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Welcome to the first episode of Season 2 of the Book Marketing Action Podcast with Becky Robinson, where we give you the information you can immediately implement to increase your influence and market your books more successfully. In this episode, we are joined by Peter Winick, Founder and CEO of Thought Leadership Leverage. Peter shares the difference between a traditional thought leader and an online thought leader, and the steps someone can take to become one.
What is a thought leader?
Becky: This month, we are talking all about thought leadership. So I thought it would be great to do some basic information for beginners. Peter, I’m wondering if you could do some definitions for us and explain what you mean when you say thought leader or thought leadership?
Peter: Yes, I think it’s a great question because what happens is people say, “let’s have a conversation around thought leadership,” and they start talking. If you and I had a conversation about lunch, we know that is the second meal of the day. But thought leadership to some is this amorphous thing. Some people think it’s really content marketing. Content marketing is great, but it’s not thought leadership. Other people think about it and what they mean is subject matter expertise.
The way I define thought leadership is I split it into two parts.
- Thought. What is it that you’re saying that is really thoughtful? Thoughtful can come from your opinions as well as data, research, and experience. How are you adding to that? It’s not just repeating tidbits and best practices, there’s gotta be something thoughtful there.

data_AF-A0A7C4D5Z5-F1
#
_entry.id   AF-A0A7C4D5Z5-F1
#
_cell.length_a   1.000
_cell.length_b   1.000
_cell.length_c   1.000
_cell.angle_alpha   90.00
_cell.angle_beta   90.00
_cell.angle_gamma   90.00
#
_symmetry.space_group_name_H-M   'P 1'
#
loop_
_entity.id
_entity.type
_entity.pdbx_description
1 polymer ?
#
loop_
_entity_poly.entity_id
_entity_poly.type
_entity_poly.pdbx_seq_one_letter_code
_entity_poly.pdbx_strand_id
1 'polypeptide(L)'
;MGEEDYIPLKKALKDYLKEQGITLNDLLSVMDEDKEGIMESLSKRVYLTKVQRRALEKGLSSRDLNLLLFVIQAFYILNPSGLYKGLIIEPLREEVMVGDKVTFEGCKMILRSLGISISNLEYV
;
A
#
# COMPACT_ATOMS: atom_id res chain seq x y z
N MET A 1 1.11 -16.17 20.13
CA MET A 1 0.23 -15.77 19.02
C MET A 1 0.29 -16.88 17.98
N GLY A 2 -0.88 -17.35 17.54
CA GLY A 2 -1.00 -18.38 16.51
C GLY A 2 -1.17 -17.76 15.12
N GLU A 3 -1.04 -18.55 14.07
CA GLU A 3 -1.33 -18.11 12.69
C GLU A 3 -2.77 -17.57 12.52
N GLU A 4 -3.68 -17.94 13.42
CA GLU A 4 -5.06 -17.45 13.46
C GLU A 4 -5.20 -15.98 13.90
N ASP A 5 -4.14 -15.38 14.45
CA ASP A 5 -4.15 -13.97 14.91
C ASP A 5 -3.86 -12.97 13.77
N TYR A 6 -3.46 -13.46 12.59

- Leadership. This is where it really gets fun. You have to have the courage to lead the conversation and direction into uncharted waters and new terrain. It’s not a popularity contest. Not everyone has to agree with you because that’s not the goal.
Thought leadership is the combination of the thoughtfulness and the courage to lead.
Why would someone want to be a thought leader?
Becky: So tell me, why would someone want to be a thought leader?
Peter: I think there are lots of reasons. When we work with clients we talk about their goals in terms of three categories. There’s an intrinsic motivation, for example, it’s gratifying to be on stage and get applause. Other goals might be income, this would be the way you want to make a living with your own work. The other piece that not a lot of people think about is you can develop assets. No one has ever bought anybody’s speaking business, but if you’re really smart about how you configure the business side of your thought leadership, consulting firms might buy it, and there are so many other ways to monetize that content.
Is there a difference between a traditional thought leader and an online thought leader?
Becky: People might be listening today and they have invested in building traditional thought leadership and I’m curious, do you draw a line between someone being a traditional thought leader and an online thought leader?
Peter: Yes, and no. The no would be online is just another model. If you email your accountant, is he suddenly an online accountant? No, that’s just a mode of communication. However, what I have seen a lot of that ISN’T thought leadership is that internet marketing, direct to consumer, influencer thing. That’s not thought leadership. Kim Kardashian is a lot of things, but she isn’t a thought leader.
Becky: Do you think it requires someone to share their content and thoughts online to be a thought leader?
Peter: Yeah, I think you need to be able to clearly articulate what your thoughts are in a variety of modalities. I think that’s a big challenge for many. You have to reach people where they are, and that takes courage and trying new things/modalities.
Becky: Well, that sounds like it’s the leadership side. The courage to go to places and share your thoughtful ideas with the world.
Peter: It’s the leadership, and also the marketing side. If you really want to connect with a specific audience, the burden is on you to meet them where they are.
How does someone know if they are a thought leader?